JANUARY 4, 1999:
- Don't download and install software you don't really need. Unnecessary extra
software will only slow down your system and eat up hard drive space.
- Monitor children carefully. The Net is like a big city. There's all sorts of
great stuff for kids, but you don't want them wandering all over town on their own.
Programs like Net Nanny can automatically block much objectionable content.
- Be polite when you deal with others online. It's the right thing to do, and besides,
you never know who's on the other end.
- Be tolerant. People of all shapes, sizes, colors, and flavors use the Internet.
You will not agree with many of them. That's OK. They don't agree with you, either.
- On the Internet no one knows you're a dog, but they can track where you are.
Every time you send mail, post a message to Usenet or log into a chat room, you can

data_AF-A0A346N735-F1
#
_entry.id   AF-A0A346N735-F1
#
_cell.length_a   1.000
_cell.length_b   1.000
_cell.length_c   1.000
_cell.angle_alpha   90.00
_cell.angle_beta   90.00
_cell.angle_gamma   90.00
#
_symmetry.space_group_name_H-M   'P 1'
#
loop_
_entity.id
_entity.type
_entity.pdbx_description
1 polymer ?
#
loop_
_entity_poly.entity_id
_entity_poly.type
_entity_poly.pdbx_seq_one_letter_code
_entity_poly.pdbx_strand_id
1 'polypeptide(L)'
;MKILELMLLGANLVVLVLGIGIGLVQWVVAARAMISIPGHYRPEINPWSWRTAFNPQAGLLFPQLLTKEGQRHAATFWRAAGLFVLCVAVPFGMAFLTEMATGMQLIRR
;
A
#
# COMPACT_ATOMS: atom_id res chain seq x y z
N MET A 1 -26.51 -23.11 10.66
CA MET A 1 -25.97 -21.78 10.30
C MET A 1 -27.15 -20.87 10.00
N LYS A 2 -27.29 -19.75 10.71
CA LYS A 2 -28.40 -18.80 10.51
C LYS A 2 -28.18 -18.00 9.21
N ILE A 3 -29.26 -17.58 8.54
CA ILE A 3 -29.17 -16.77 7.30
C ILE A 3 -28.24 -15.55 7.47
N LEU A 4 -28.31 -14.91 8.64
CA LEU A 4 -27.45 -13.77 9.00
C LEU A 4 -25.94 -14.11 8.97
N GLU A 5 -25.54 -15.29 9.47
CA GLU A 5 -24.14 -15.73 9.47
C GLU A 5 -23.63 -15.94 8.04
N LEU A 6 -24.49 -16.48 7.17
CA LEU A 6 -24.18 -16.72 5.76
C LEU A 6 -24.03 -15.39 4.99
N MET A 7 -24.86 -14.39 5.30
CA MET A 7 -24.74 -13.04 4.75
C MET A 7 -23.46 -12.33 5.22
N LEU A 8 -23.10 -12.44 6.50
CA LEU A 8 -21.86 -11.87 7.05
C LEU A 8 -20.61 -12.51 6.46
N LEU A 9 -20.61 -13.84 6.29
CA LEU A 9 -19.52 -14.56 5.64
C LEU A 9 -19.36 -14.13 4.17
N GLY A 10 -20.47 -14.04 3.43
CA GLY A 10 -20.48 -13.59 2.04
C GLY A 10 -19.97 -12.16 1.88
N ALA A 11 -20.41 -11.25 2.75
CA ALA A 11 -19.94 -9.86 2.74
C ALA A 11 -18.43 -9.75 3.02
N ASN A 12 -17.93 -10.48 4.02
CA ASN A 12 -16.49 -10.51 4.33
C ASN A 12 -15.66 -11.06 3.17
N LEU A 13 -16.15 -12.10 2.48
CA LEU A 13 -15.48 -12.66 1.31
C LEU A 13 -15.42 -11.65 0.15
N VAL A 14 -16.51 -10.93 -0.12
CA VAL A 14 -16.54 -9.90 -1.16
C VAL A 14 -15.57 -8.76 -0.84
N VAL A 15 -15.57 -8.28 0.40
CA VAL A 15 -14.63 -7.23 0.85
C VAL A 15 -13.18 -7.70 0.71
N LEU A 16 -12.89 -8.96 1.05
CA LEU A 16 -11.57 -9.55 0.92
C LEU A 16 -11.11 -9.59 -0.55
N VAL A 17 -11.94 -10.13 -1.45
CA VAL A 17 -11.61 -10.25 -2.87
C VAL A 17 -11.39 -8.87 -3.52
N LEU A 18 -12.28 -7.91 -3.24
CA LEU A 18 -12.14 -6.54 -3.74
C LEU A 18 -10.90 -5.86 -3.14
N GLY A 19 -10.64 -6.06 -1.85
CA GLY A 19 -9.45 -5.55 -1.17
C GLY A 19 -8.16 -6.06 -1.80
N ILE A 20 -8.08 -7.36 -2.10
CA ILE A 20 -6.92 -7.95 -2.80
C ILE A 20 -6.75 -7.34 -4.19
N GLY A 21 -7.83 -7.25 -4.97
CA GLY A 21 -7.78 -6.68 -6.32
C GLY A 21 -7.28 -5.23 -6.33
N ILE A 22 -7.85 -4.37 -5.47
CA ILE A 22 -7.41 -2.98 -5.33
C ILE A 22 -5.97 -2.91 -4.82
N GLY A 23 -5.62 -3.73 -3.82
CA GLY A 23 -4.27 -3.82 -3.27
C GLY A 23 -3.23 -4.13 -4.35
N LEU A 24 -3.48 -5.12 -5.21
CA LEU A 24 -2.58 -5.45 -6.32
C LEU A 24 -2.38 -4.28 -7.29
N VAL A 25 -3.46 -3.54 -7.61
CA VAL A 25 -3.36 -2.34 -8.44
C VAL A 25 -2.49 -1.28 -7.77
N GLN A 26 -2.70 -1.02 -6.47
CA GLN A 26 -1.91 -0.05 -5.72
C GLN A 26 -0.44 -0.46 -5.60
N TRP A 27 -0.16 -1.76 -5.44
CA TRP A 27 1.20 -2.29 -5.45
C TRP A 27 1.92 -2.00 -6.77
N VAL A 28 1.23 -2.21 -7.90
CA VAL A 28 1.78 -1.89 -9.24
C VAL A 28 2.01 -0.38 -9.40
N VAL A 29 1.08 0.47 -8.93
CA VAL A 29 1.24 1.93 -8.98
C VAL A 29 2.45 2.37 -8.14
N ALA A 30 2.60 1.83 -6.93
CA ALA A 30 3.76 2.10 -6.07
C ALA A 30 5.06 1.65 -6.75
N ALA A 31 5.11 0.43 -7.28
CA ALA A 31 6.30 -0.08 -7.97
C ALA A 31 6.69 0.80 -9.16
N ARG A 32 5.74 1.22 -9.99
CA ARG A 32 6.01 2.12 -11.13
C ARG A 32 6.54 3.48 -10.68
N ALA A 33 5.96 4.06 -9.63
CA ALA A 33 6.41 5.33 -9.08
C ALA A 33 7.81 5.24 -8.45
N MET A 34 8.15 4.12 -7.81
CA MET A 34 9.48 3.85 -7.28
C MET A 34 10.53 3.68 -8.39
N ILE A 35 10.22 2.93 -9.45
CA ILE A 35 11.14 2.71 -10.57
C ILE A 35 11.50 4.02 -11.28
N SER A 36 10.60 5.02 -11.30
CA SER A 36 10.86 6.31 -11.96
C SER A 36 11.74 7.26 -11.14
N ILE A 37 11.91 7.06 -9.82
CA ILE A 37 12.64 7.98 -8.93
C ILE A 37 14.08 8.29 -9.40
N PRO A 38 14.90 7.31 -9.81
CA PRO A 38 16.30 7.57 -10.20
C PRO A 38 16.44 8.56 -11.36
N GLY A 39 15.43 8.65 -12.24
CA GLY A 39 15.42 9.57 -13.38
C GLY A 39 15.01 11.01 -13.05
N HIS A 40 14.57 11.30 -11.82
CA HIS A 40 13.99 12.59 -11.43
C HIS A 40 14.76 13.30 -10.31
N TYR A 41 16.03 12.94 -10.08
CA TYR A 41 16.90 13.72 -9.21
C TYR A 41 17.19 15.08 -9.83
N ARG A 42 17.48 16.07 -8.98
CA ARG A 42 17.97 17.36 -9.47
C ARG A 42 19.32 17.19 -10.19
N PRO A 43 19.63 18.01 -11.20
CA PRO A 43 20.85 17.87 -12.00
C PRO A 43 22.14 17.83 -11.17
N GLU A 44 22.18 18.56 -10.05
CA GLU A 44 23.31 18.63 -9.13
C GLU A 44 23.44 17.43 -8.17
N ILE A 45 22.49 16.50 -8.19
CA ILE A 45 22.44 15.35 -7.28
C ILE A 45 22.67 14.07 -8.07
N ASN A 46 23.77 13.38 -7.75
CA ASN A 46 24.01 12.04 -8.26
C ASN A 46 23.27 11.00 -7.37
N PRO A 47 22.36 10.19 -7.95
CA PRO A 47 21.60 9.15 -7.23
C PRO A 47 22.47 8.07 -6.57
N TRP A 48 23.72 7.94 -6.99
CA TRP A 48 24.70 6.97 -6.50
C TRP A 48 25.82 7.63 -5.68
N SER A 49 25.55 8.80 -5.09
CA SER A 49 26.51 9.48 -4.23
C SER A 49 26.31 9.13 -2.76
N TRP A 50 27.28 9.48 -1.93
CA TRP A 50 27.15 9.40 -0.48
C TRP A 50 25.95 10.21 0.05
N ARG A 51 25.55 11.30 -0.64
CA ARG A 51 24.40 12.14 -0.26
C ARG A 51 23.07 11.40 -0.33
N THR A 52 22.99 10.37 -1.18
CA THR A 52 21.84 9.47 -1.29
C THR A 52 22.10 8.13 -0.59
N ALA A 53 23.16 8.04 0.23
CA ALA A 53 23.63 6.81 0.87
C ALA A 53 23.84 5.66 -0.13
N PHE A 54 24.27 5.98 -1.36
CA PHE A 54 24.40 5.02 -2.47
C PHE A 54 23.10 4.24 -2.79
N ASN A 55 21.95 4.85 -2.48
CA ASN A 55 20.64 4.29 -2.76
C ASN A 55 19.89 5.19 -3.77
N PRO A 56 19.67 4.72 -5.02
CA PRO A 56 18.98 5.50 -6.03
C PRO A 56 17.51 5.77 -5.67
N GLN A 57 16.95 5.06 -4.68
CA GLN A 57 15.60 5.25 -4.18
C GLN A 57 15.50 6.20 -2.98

be traced right back to your computer. Even your browsing habits are logged. Unless
you take advanced precautions, you are not anonymous. Behave accordingly.
- Do not give out personal information in public areas. This is particularly important
for kids. Many people prefer to use a nickname (also called "screen names"
or "handles") online.
- Buy a quality anti-virus program and keep it updated. This is an absolute must
if you ever trade files with school computers or download from Usenet.
- Don't be scared by dire warnings like the ones above. Sure, there are risks,
but real danger is rare. Common sense will get you through most potential trouble
- Don't forward seemingly dire warnings you may get by e-mail or see on a message
board. Most likely they are a joke. You'll be the punchline. The real pros are all
over new threats in a heartbeat.
- Visit the online edition of the Chronicle at http://www.auschron.com.
There you'll be able to click on all of the links in this article and go directly
to the featured sites.
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